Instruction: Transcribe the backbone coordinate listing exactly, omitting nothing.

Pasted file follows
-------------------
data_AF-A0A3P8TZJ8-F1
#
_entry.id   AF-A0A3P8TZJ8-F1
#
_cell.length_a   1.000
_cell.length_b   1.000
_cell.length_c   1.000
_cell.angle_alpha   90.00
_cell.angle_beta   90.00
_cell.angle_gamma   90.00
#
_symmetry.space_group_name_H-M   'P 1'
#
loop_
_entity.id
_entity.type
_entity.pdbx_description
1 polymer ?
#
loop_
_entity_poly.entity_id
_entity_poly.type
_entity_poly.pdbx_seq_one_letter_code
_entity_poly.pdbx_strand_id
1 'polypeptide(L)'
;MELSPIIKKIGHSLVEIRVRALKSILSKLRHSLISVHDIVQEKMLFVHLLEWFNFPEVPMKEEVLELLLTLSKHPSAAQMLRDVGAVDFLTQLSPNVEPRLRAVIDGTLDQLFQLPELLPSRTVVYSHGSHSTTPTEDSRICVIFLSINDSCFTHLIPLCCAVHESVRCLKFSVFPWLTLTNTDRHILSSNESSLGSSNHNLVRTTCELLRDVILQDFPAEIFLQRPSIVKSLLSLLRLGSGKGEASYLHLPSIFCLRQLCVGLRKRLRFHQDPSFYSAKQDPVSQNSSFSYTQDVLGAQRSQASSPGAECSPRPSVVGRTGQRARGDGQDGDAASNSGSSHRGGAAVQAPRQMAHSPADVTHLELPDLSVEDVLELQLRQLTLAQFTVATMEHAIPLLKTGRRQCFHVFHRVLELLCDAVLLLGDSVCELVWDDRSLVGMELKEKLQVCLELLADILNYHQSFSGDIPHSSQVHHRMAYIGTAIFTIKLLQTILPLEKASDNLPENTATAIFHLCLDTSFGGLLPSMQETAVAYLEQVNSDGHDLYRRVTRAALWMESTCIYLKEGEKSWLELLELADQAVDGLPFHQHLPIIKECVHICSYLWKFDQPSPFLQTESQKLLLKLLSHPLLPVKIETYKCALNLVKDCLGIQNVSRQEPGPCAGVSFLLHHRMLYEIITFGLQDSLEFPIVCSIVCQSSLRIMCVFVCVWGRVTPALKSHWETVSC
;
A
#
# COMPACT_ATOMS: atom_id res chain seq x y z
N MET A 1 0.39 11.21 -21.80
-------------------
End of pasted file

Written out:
data_AF-A0A3P8TZJ8-F1
#
_entry.id   AF-A0A3P8TZJ8-F1
#
_cell.length_a   1.000
_cell.length_b   1.000
_cell.length_c   1.000
_cell.angle_alpha   90.00
_cell.angle_beta   90.00
_cell.angle_gamma   90.00
#
_symmetry.space_group_name_H-M   'P 1'
#
loop_
_entity.id
_entity.type
_entity.pdbx_description
1 polymer ?
#
loop_
_entity_poly.entity_id
_entity_poly.type
_entity_poly.pdbx_seq_one_letter_code
_entity_poly.pdbx_strand_id
1 'polypeptide(L)'
;MELSPIIKKIGHSLVEIRVRALKSILSKLRHSLISVHDIVQEKMLFVHLLEWFNFPEVPMKEEVLELLLTLSKHPSAAQMLRDVGAVDFLTQLSPNVEPRLRAVIDGTLDQLFQLPELLPSRTVVYSHGSHSTTPTEDSRICVIFLSINDSCFTHLIPLCCAVHESVRCLKFSVFPWLTLTNTDRHILSSNESSLGSSNHNLVRTTCELLRDVILQDFPAEIFLQRPSIVKSLLSLLRLGSGKGEASYLHLPSIFCLRQLCVGLRKRLRFHQDPSFYSAKQDPVSQNSSFSYTQDVLGAQRSQASSPGAECSPRPSVVGRTGQRARGDGQDGDAASNSGSSHRGGAAVQAPRQMAHSPADVTHLELPDLSVEDVLELQLRQLTLAQFTVATMEHAIPLLKTGRRQCFHVFHRVLELLCDAVLLLGDSVCELVWDDRSLVGMELKEKLQVCLELLADILNYHQSFSGDIPHSSQVHHRMAYIGTAIFTIKLLQTILPLEKASDNLPENTATAIFHLCLDTSFGGLLPSMQETAVAYLEQVNSDGHDLYRRVTRAALWMESTCIYLKEGEKSWLELLELADQAVDGLPFHQHLPIIKECVHICSYLWKFDQPSPFLQTESQKLLLKLLSHPLLPVKIETYKCALNLVKDCLGIQNVSRQEPGPCAGVSFLLHHRMLYEIITFGLQDSLEFPIVCSIVCQSSLRIMCVFVCVWGRVTPALKSHWETVSC
;
A
#
# COMPACT_ATOMS: atom_id res chain seq x y z
N MET A 1 0.39 11.21 -21.80